Diagnostic Procedures

  • Emerging Imaging in Muscoloskeltal Medicine

    Emerging Imaging in Muscoloskeltal Medicine

    By Niteesh Bharara, MD, DABPMR
    Since the discovery of x-rays in the late 1800s, there have been substantial advances in the field of musculoskeletal imaging. So, just what is this type of imaging? Well, for starters, […]

Practitioners will often recommend following a course of conservative (non-surgical) care, usually at least four to six weeks from the onset of back pain symptoms, before obtaining any type of diagnostic study.

CT Scan

CT Scan or CAT Scan stands for Computed Axial Tomography. Thin beams of x-rays are passed through the body, with the x-ray beam rotating all around the body.  A computer creates an image of this “slice” of the body.  Slices are obtained about 1 to 4 millimeters apart. 3D reconstruction of the slices may be done.  Contrast material may be added to enhance the image.  CT scans are particularly good for detecting pathologies in bony tissue.  (CT to check for fusion success when you can’t get an MRI due to exclusions like metal, etc.)

DEXA

DEXA or DXA stands for Dual-Emission X-ray Absorptiometry. Two x-ray beams with different energy levels are aimed at the bones.  The bone mineral density can be determined from the absorption of each beam by bone.  DXA is the most widely used test for osteoporosis and porous bones.  (bone density/osteoporosis)

Discogram

Using fluoroscopy, radiopaque dye is injected into the disc.  The shape of the dye inside the disc indicates the condition of the disc.  In a normal disc, the shape of the dye is that of a flattened cotton ball.  A leak of the dye reveals a ruptured or fissured disc.  A CT scan used to be performed following the discography.  Today, discography is principally used to identify the painful disc and is called a provocative discography.  Not all of the discs injected with the dye will produce pain.  to determine where pain is located

EMG

 An EMG (Electromyography) and a Nerve Conduction Study are usually performed together. An EMG is the recording of the electrical activity of muscles at rest and during contraction.  The electrical activity is recorded through electrodes placed on the skin or through needle inserted into the muscles.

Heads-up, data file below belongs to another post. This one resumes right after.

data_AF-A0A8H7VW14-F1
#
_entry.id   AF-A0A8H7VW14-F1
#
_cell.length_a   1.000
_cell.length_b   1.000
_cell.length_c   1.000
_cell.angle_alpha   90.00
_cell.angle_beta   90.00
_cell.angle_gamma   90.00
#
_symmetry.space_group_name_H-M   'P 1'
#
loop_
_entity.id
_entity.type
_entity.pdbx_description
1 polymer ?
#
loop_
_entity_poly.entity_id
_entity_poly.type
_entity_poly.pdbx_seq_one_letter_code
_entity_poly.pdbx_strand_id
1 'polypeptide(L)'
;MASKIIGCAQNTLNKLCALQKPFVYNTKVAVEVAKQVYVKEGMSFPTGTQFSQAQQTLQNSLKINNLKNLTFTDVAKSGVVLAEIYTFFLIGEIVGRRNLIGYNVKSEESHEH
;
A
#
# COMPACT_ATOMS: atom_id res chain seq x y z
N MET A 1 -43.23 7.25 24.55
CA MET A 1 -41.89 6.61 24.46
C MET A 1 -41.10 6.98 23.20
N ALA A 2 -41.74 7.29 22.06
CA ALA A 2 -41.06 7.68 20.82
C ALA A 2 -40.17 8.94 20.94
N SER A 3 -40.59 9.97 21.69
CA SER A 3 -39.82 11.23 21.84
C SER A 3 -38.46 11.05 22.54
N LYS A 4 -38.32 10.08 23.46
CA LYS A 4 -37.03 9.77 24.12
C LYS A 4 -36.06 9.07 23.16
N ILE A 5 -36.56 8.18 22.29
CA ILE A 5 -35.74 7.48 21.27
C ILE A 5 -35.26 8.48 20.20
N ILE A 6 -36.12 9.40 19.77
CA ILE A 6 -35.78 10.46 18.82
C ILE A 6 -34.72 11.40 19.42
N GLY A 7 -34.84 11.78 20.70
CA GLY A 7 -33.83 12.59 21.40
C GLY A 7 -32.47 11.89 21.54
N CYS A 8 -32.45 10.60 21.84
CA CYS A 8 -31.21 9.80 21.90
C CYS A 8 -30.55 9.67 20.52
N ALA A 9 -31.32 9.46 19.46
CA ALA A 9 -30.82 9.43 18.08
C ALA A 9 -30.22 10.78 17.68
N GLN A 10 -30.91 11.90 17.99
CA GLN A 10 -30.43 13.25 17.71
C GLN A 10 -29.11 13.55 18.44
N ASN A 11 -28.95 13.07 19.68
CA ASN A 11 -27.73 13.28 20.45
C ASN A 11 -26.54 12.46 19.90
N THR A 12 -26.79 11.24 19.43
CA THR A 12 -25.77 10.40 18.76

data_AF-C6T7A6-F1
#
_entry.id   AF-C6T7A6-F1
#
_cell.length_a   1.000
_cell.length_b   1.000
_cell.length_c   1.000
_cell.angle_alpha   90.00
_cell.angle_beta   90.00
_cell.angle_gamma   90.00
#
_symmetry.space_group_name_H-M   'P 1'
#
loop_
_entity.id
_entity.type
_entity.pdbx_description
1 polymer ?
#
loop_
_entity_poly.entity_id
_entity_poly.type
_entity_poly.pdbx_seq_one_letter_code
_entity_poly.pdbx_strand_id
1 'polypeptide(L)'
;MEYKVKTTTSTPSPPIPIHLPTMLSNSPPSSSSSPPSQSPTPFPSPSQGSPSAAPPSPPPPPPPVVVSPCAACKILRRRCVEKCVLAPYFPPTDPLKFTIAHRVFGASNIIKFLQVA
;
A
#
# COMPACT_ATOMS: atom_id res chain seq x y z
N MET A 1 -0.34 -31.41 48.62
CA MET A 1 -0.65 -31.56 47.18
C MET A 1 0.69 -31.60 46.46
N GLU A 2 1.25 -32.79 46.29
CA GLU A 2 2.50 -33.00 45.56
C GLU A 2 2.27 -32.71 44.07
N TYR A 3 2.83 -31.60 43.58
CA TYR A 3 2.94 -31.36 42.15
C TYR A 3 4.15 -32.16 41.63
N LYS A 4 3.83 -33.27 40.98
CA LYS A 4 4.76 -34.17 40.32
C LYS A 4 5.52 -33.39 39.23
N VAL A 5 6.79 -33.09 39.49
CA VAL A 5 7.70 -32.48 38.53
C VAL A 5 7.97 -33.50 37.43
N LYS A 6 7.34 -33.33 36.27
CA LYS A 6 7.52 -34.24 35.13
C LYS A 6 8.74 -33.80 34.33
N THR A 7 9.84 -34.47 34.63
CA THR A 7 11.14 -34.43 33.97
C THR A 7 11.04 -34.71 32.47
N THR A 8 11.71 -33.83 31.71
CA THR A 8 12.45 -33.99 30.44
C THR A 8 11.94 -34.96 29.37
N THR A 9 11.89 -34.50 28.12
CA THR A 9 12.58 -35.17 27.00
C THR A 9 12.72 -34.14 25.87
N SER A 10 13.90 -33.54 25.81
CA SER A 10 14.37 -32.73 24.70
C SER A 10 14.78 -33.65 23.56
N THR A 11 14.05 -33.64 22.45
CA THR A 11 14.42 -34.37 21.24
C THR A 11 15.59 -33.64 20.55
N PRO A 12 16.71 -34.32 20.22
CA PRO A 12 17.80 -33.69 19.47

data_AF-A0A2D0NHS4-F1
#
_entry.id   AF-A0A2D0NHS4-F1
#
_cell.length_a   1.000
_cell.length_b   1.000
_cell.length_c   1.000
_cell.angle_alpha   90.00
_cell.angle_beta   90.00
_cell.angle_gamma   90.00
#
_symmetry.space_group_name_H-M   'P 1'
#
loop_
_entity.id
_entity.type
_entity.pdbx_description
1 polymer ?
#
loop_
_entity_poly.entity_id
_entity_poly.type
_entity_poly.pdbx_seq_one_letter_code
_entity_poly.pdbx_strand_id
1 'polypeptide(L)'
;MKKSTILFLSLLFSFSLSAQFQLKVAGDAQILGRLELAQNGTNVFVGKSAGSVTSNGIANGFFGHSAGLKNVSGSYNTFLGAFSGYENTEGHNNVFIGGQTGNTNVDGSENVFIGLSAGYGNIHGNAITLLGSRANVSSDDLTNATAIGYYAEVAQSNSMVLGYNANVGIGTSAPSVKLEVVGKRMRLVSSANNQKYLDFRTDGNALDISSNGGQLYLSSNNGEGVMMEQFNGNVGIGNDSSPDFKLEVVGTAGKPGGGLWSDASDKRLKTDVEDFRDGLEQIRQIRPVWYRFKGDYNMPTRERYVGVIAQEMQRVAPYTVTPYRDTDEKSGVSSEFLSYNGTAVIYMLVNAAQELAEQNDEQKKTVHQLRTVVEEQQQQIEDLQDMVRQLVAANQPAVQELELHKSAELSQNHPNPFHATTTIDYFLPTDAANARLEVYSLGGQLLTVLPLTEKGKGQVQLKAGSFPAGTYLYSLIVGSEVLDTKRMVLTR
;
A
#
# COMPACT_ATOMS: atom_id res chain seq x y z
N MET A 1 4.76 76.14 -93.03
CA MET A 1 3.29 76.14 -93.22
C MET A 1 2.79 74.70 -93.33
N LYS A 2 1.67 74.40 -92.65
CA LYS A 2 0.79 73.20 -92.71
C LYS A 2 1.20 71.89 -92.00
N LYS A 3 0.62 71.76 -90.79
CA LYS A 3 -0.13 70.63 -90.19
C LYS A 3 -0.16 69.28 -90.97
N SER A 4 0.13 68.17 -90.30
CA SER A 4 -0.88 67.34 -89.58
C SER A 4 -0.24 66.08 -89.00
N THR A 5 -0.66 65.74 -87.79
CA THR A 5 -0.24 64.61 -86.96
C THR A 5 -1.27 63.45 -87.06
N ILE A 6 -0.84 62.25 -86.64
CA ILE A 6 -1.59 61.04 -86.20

The nerve conduction study measures the responses obtained by activating certain nerves.  A low electrical current is passed through a thin needle inserted into a nerve.  Motor nerve conduction is assessed by stimulating the motor nerve and evaluating the electrical signal from the corresponding muscle.  Sensory nerve conduction is measured by stimulating a sensory nerve to produce a signal.

Nerve conduction study and electromyography help identify pathologies of the nerves (neuropathies) and muscles (myopathies).  They also indicate if it is a chronic or acute (recent) condition.

MRI

MRI stands for Magnetic Resonance Imaging. The body is placed in a powerful magnetic field.  Radio waves are passed through the body.  Detectors transmit the information to a computer and an image of a slice of the body is created.  MRI provides outstanding detail of soft tissue structures of the body, such as discs, ligaments, and spinal nerves. The size of the magnet means that pacemakers, aneurysm clips, or loose metal in pockets is not allowed. Metal spine hardware will not come loose, but may cause blurring of the images near the metal.

Nuclear Medicine Bone Scan

A radioactive tracer is injected in the blood stream and taken up by bone tissue.  As the tracer degrades, gamma rays are emitted.  A gamma scanner is passed over the body to detect the amount of radiation in all the bones.  The scanner also produces a permanent image.  Higher radiation will be visible in areas of high blood flow such as fractures, infections, inflammation, or cancer. Bone scans are useful for detecting bone pathology through the entire skeleton.

X-RAY

X-rays pass through the body and leave an “imprint” on the film.  More or less of the x-rays is absorbed by the different human tissues, according to their respective density and thickness. Bones are dense, absorb x-rays, and appear white on the x-ray film.  Organs are less dense and appear as shades of gray on the x-ray film.  Air (in the lungs) appears black or dark gray on the x-ray film.   X-rays provide a good visualization of bones.

Fluoroscopy

Fluoroscopy is the equivalent of a “live x-ray”.  An intermittent beam of x-rays is passed through the body and picked-up by a detector, which creates an image on a screen.  Fluoroscopy is used for placement of needles, guidewires, pins, or catheters.  It is used during surgery and during other procedures, such as discography and myelography.